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Solving Healthcare’s Supply and Demand Problem with Telehealth

Posted by James Baker, Chief Medical Officer | March 7, 2019 |
James Baker, Chief Medical Officer

Telehealth is about to move from faddish adoption of cool technology by hospitals to a strategic imperative for a healthcare system strained to its breaking point by provider shortages and a host of other factors. We anticipate that the unusual influx of pressures will force the remaining telehealth holdouts to learn this new way of providing virtual visits to their patients across numerous specialties.

Telemedicine offers clinicians a new way of responding to the increasing demand for medical care. As the Baby Boomer population ages, costs rise, and shortages of primary, and specialty doctors, as well as nurses and midlevels loom, telehealth offers providers a new way to cope with unprecedented demand.

Here are the problems we’ll be facing in the next decade, and the best way to stretch our healthcare safety net without breaking it.

A Lesson in Healthcare Supply and Demand, 2030

We’re about to enter unprecedented times, where our healthcare systems will be strained possibly to breaking by four simultaneous factors. These factors could be mitigated through the adoption of new workflows that incorporate telehealth technology. Without unprecedented measures we run the risk of providing substandard care – or possibly no care at all.

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The U.S. healthcare paradigm about to feel pressure from four key areas.

1. Healthcare Provider Shortages
An Open Minds Executive Briefing reported on the coming shortage of nurse practitioners, home care workers, and physicians over the next decade. These shortfalls are going to be felt in nearly almost every specialty. For example:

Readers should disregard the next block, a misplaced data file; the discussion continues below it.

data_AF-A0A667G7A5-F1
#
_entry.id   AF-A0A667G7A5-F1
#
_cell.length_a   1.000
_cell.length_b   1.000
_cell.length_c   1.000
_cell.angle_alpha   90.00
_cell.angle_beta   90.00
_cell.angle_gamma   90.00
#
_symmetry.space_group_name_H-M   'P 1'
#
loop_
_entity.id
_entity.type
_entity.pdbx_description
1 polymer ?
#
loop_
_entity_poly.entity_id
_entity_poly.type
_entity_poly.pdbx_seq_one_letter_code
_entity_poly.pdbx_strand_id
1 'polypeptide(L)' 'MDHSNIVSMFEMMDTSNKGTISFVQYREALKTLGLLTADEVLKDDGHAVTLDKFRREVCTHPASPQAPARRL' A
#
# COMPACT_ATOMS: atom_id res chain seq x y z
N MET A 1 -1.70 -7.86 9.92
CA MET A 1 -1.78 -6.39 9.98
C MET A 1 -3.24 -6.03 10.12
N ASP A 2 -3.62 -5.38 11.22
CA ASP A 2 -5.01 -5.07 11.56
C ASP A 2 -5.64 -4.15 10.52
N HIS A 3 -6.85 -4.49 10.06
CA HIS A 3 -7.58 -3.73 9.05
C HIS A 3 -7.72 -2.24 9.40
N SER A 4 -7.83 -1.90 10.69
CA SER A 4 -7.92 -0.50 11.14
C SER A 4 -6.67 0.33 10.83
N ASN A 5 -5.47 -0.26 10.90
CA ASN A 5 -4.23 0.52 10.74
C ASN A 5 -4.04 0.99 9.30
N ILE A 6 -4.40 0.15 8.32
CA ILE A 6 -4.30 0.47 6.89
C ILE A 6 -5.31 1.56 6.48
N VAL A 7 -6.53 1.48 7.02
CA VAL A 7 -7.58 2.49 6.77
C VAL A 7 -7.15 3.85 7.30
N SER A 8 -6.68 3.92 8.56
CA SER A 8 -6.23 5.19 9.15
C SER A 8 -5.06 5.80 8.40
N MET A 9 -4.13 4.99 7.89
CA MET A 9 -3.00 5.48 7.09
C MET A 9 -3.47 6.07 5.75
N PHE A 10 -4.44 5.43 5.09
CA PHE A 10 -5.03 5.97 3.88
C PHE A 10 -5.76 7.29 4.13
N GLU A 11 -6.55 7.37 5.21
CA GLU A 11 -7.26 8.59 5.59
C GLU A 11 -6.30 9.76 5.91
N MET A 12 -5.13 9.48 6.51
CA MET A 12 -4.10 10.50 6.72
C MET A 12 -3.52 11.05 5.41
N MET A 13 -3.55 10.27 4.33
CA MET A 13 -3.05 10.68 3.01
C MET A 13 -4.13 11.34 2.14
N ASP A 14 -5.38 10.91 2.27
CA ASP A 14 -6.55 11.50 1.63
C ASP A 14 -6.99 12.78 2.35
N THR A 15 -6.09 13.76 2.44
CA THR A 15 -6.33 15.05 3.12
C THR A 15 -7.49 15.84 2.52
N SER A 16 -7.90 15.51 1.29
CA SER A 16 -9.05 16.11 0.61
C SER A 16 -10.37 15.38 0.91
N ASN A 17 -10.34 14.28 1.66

• Nurses
    The American Association of Colleges of Nursing projects a need for 649,1000 replacement nurses in the field by 2024. The number of qualified candidates will fall far short, with pain being felt most strongly between 2009 and 2030. With fully 55% of the current nursing workforce-aged 50-or older, it’s clear that retirement will exact a big toll on our current resources. As these nurses leave the field, look for increasing stress and lowered care quality, as our remaining teams struggle to handle the load.
  • Primary and Specialty Physicians
    The Association of American Medical Colleges (AAMC) reports that the U.S. healthcare system will labor under shortages of up to 120,000 physicians by 2030. This includes a shortage of up to 49,300 primary care and 72,700 specialty providers.
  • Home Health Aides
    Healthcare Finance predicts a shortage of 446,300 home health aids and 95,000 nursing assistants by 2025. An Open Minds Executive Briefing states that 50% of the population currently is over 65 years old and needs some form of long-term support. By 2025 that population will have doubled.

2. Aging Populations

“The budgetary and policy implications of this demographic shift represent two of the greatest challenges faced by federal and state governments today. An aging population will place intense stress on our healthcare system, its funding sources, and American families.”
University of Pittsburgh
The Stern Center for Evidence-Based Policy
Addressing the Health Needs of an Aging America

The AAMC suggests that the U.S. population generally will grow by 11% by 2030. Healthcare Dive points out that the number of Americans aged 65 or higher will increase 8% by 2030. One-third will have at least one chronic ailment. That’s about 59 million people. Yet we know this growing demographic places increasing value on remaining independent despite the fact that 80% of older adults have one chronic disease and 68% have at least two.